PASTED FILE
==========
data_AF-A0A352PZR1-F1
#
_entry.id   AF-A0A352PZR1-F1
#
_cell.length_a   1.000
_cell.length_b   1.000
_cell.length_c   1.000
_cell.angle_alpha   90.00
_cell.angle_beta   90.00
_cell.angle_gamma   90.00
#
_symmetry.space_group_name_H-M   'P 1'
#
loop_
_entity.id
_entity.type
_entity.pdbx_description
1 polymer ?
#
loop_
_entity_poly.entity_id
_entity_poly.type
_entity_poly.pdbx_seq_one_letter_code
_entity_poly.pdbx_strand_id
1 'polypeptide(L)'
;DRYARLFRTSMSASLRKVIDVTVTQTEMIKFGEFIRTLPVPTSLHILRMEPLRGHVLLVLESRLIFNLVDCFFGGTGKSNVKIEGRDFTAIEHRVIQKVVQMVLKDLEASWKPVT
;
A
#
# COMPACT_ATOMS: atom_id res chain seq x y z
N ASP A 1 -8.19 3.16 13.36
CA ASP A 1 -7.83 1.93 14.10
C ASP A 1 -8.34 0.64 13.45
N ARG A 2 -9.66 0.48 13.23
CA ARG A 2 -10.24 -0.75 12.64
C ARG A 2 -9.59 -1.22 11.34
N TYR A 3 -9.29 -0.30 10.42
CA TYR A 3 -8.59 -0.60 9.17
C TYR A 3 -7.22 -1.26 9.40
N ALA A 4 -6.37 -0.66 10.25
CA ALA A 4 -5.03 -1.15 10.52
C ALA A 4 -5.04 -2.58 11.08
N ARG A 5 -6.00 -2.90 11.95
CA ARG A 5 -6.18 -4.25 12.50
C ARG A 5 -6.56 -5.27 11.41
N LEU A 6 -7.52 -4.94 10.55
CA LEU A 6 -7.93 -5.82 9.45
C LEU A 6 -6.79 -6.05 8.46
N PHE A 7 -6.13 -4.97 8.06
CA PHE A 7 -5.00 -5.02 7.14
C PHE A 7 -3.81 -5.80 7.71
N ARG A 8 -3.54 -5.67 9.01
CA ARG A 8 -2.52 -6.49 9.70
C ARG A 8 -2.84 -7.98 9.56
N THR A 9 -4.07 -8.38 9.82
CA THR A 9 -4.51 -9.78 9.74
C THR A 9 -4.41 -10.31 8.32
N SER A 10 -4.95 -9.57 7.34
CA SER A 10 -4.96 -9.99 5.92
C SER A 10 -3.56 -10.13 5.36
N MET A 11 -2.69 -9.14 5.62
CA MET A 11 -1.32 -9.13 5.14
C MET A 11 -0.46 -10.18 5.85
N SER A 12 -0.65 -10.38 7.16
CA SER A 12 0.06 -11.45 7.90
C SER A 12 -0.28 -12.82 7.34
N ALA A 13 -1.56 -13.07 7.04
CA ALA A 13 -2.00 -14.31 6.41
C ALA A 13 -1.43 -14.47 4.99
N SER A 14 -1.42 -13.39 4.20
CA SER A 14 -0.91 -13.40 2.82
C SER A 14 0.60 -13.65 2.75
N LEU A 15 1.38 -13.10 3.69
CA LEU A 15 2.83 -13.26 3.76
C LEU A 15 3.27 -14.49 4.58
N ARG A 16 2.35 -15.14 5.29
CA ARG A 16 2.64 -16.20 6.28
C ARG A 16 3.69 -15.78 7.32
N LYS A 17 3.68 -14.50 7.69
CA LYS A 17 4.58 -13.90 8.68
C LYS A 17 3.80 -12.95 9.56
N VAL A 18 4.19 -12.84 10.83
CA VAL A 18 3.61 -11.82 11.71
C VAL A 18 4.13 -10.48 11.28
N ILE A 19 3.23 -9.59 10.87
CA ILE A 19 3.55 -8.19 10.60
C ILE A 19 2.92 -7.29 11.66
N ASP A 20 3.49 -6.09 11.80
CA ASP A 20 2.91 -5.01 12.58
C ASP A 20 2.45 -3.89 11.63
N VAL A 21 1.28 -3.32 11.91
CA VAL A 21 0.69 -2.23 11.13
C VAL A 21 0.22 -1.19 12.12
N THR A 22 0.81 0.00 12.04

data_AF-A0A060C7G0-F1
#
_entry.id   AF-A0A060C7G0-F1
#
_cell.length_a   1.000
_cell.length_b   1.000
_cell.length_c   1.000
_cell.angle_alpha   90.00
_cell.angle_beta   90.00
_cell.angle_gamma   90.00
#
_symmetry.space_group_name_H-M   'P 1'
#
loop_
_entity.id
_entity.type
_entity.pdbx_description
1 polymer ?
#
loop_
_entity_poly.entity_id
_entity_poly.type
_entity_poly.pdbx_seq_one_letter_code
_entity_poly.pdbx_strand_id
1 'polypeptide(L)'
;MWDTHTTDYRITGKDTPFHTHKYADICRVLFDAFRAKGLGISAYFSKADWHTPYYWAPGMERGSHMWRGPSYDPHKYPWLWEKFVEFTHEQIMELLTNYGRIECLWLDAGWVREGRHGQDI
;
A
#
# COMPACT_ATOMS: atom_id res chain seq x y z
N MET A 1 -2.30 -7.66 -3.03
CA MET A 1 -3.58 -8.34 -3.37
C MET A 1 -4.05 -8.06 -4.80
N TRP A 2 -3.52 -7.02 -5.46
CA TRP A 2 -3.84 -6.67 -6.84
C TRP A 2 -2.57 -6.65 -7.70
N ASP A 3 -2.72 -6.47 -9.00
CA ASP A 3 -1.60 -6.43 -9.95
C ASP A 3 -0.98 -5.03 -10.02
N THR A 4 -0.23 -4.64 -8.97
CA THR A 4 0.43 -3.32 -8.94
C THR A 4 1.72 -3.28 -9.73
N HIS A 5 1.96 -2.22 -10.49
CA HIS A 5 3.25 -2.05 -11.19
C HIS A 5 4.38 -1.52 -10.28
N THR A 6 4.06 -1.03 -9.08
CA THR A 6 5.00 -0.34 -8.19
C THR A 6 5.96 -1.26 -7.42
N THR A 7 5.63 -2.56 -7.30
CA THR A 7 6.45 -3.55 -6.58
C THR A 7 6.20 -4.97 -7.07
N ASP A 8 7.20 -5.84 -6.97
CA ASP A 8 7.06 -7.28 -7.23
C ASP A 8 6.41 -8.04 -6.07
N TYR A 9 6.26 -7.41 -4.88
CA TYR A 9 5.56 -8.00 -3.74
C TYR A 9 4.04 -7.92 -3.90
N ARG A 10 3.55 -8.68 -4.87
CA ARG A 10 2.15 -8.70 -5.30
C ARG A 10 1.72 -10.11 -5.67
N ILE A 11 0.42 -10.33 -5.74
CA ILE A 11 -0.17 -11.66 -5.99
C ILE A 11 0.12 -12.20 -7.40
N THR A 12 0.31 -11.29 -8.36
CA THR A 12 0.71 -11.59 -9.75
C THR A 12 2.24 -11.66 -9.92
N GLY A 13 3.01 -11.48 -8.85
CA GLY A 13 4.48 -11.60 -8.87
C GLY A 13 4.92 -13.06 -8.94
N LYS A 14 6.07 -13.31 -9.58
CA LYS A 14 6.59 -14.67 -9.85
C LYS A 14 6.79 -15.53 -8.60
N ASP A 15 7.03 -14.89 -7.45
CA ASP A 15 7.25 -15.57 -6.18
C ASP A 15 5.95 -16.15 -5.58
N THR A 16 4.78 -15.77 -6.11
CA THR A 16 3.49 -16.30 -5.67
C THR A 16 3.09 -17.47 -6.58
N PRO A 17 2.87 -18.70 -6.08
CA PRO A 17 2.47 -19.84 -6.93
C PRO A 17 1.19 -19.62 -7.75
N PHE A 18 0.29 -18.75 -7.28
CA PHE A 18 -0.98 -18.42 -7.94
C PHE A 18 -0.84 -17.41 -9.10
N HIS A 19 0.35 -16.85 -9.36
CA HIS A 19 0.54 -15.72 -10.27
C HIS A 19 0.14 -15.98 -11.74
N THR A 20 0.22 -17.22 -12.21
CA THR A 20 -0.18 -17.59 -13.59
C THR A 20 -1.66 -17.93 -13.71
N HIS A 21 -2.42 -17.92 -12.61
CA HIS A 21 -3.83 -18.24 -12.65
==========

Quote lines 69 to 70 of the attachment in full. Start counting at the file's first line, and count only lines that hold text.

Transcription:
C ALA A 13 -1.43 -14.47 4.99
N SER A 14 -1.42 -13.39 4.20